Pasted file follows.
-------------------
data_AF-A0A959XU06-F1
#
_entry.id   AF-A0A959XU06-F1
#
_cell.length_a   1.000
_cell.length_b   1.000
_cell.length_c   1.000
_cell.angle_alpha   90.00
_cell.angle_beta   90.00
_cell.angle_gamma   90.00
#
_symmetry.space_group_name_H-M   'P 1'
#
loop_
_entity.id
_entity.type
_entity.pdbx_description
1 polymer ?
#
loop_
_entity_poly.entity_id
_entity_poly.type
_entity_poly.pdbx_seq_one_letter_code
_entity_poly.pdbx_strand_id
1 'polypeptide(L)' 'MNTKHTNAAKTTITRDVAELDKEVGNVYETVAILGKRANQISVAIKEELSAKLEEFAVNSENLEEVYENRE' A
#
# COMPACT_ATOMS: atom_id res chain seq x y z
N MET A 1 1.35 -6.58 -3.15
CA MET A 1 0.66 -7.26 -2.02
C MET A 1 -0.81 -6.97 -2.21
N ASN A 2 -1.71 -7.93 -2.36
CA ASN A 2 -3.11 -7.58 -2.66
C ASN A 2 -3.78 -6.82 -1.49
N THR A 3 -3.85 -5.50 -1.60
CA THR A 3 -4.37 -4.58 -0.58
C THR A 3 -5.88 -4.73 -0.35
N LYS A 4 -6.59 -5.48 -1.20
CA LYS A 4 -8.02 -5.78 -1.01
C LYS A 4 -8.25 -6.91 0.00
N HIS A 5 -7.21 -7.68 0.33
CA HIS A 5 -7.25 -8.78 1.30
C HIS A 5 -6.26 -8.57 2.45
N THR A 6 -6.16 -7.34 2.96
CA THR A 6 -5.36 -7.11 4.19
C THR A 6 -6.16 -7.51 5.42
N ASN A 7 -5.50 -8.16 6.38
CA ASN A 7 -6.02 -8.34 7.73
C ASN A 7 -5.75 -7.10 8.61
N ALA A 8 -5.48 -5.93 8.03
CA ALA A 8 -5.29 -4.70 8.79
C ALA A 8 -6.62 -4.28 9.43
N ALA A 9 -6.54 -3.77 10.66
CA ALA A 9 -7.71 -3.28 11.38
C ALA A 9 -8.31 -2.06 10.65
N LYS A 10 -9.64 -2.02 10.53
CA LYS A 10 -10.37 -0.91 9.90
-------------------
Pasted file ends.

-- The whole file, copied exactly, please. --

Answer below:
data_AF-A0A959XU06-F1
#
_entry.id   AF-A0A959XU06-F1
#
_cell.length_a   1.000
_cell.length_b   1.000
_cell.length_c   1.000
_cell.angle_alpha   90.00
_cell.angle_beta   90.00
_cell.angle_gamma   90.00
#
_symmetry.space_group_name_H-M   'P 1'
#
loop_
_entity.id
_entity.type
_entity.pdbx_description
1 polymer ?
#
loop_
_entity_poly.entity_id
_entity_poly.type
_entity_poly.pdbx_seq_one_letter_code
_entity_poly.pdbx_strand_id
1 'polypeptide(L)' 'MNTKHTNAAKTTITRDVAELDKEVGNVYETVAILGKRANQISVAIKEELSAKLEEFAVNSENLEEVYENRE' A
#
# COMPACT_ATOMS: atom_id res chain seq x y z
N MET A 1 1.35 -6.58 -3.15
CA MET A 1 0.66 -7.26 -2.02
C MET A 1 -0.81 -6.97 -2.21
N ASN A 2 -1.71 -7.93 -2.36
CA ASN A 2 -3.11 -7.58 -2.66
C ASN A 2 -3.78 -6.82 -1.49
N THR A 3 -3.85 -5.50 -1.60
CA THR A 3 -4.37 -4.58 -0.58
C THR A 3 -5.88 -4.73 -0.35
N LYS A 4 -6.59 -5.48 -1.20
CA LYS A 4 -8.02 -5.78 -1.01
C LYS A 4 -8.25 -6.91 0.00
N HIS A 5 -7.21 -7.68 0.33
CA HIS A 5 -7.25 -8.78 1.30
C HIS A 5 -6.26 -8.57 2.45
N THR A 6 -6.16 -7.34 2.96
CA THR A 6 -5.36 -7.11 4.19
C THR A 6 -6.16 -7.51 5.42
N ASN A 7 -5.50 -8.16 6.38
CA ASN A 7 -6.02 -8.34 7.73
C ASN A 7 -5.75 -7.10 8.61
N ALA A 8 -5.48 -5.93 8.03
CA ALA A 8 -5.29 -4.70 8.79
C ALA A 8 -6.62 -4.28 9.43
N ALA A 9 -6.54 -3.77 10.66
CA ALA A 9 -7.71 -3.28 11.38
C ALA A 9 -8.31 -2.06 10.65
N LYS A 10 -9.64 -2.02 10.53
CA LYS A 10 -10.37 -0.91 9.90